As with the upper back, pain experienced can be sharp or achy with or without radiation into the buttocks. As with neck pain, there are many causes of low back pain and an accurate physiotherapy assessment is always advised to determine which structure may be involved – Disc compression, traction of joints, muscle strain, ligament strain are all possible.


  • A Bike fit is crucial really for injury avoidance for the whole body– best to get this properly measured and assessed. Listed below are the areas checked and are relevant for pain prevention anywhere in the body – check the saddle not too low or tipped at an extreme angle. If position is too aggressive think about raising the handlebars to relieve.

Below is a breakdown of the components, explaining how/why you should have them adjusted during a BikeFit assessment:

Seat height

  • The seat height should be adapted for the rider.
  • If too high, it diminishes power due to muscles of the lower limbs needing to work beyond their optimal length-tension range. Produces excessive stress on the posterior anatomical chain: hamstrings, gastrocnemius and the posterior knee joint capsule, excessive hip extension reduces the stability of pelvic core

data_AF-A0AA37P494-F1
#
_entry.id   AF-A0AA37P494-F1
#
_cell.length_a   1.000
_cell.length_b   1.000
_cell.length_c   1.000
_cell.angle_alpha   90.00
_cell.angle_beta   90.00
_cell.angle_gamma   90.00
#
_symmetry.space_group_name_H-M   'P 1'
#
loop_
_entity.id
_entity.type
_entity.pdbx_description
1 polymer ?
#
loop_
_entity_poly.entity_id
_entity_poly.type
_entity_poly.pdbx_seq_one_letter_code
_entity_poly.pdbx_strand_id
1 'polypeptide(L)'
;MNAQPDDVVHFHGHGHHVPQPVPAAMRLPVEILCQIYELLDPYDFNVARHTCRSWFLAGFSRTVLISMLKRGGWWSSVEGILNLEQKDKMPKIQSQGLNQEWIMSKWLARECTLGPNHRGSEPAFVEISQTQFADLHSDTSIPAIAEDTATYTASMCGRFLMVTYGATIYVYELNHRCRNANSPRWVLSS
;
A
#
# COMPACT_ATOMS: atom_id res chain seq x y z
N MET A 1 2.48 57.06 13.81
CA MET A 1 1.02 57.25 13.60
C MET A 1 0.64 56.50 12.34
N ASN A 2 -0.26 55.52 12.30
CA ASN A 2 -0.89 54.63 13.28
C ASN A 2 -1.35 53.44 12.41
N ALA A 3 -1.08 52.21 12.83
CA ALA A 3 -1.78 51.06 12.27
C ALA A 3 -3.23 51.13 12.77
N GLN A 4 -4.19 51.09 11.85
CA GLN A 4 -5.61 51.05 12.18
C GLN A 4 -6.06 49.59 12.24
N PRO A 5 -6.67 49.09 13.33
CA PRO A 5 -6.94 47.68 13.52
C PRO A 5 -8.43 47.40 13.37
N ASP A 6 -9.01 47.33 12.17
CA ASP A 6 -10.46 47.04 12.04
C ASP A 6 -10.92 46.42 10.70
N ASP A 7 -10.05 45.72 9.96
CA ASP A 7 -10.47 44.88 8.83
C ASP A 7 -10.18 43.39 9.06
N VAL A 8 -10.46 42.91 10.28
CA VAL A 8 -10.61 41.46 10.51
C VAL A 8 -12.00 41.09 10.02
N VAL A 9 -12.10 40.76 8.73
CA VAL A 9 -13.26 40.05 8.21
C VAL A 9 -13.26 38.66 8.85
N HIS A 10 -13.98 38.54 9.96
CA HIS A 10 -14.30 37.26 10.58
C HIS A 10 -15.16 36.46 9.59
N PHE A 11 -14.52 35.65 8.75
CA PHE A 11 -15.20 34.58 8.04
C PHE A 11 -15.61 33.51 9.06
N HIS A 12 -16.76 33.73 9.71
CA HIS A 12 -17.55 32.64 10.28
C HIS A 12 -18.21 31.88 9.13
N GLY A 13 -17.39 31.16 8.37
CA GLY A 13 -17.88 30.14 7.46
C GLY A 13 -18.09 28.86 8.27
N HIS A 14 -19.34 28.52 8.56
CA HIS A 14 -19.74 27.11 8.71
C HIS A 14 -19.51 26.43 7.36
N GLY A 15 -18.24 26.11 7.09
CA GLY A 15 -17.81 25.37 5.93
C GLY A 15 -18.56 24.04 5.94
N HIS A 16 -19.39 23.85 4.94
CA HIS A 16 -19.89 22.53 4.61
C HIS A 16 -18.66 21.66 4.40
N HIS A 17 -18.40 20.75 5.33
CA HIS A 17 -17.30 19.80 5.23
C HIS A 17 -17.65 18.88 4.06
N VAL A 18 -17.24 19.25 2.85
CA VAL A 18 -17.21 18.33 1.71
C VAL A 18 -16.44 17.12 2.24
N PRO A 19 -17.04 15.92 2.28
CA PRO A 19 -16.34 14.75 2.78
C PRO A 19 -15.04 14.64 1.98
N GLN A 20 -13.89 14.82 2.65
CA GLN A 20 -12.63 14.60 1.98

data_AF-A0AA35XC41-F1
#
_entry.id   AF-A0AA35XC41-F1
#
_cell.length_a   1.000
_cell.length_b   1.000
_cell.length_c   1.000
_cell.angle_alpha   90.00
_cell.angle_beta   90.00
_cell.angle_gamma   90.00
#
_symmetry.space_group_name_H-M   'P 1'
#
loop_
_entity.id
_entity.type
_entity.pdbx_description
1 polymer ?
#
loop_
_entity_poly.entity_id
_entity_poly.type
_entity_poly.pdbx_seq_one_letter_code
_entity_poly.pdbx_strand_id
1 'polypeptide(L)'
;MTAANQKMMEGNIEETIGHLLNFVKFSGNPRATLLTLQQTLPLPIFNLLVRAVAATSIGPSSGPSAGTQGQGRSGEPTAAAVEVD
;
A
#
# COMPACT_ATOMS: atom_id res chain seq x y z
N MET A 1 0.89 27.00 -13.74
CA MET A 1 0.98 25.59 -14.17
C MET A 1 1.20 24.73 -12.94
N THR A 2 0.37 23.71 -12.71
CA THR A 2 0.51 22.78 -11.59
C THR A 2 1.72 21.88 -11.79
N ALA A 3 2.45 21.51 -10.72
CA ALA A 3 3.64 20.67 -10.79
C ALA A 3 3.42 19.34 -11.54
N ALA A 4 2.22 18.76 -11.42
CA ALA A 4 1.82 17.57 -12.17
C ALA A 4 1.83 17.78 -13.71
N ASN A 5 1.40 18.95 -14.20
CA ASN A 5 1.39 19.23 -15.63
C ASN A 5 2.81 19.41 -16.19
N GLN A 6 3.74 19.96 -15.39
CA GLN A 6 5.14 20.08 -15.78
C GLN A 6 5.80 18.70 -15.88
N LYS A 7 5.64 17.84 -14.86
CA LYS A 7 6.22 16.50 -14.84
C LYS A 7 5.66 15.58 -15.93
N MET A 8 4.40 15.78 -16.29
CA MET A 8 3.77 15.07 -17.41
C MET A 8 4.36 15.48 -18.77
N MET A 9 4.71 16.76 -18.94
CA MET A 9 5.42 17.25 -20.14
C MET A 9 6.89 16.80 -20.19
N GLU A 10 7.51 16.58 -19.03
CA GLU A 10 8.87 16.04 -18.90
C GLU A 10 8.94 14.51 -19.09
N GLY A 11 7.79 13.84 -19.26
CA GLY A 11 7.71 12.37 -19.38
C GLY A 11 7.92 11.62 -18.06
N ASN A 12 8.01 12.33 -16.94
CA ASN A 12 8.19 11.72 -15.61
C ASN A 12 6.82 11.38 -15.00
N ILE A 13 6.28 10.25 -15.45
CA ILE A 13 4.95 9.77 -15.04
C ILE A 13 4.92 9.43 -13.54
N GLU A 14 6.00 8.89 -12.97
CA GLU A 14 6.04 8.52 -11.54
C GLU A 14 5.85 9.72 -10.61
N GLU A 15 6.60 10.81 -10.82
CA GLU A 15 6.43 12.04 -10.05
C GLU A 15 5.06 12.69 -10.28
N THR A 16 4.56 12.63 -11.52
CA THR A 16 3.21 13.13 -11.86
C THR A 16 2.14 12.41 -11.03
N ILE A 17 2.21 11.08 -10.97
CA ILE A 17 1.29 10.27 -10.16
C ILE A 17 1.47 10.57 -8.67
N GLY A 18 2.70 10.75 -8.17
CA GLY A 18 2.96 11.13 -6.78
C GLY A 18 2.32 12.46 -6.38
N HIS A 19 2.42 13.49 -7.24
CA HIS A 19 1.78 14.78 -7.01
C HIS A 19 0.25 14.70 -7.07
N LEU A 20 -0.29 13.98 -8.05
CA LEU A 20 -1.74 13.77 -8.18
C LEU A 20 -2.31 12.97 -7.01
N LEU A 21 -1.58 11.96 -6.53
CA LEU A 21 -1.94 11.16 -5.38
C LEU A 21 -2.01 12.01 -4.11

• Too low and it increases knee flexion, force and load on the knee joint reducing the muscular functional range for power generation.

Seat fore/aft

  • Important for knee loading- too far forward increases load at front knee
  • Too far back overlengthens hamstrings and gluteal muscles, inhibiting force production and translating to the lower back
  • Seat inclination affects back pain


  • Dependent on rider flexibility vs aerodynamics. The rider must also be comfortable when riding. Cycling experience and bike handling skills


  • Proportionate to limb length.

Cleats/pedal interface

  • Effective force transfer needs low stack height on cleats and foot closer to pedal
  • Float: a small amount of motion allows the cyclist to move the foot if required. This limits the amount of power applied to the pedals.


  • Comfort is key. As previously mentioned, pain in any one area will alter positions and movement patterns higher in the chain.

Other specific joint problems are discussed in associated blogs.

Final thoughts

In addition to the above, I’d also recommend purchasing a foam roller. They are a great tool to help keep the body mobile and connective tissue healthy.

Working on your core strength is excellent for postural support and helps stabilise the ‘foundations’ from which to generate force. Remember to be aware of your posture both on and off the bike. Conditioning your body is equally important. Ensure that it’s specific to the task. Finally, Cross-training is a great way to work on your balance by developing the complimentary muscle groups.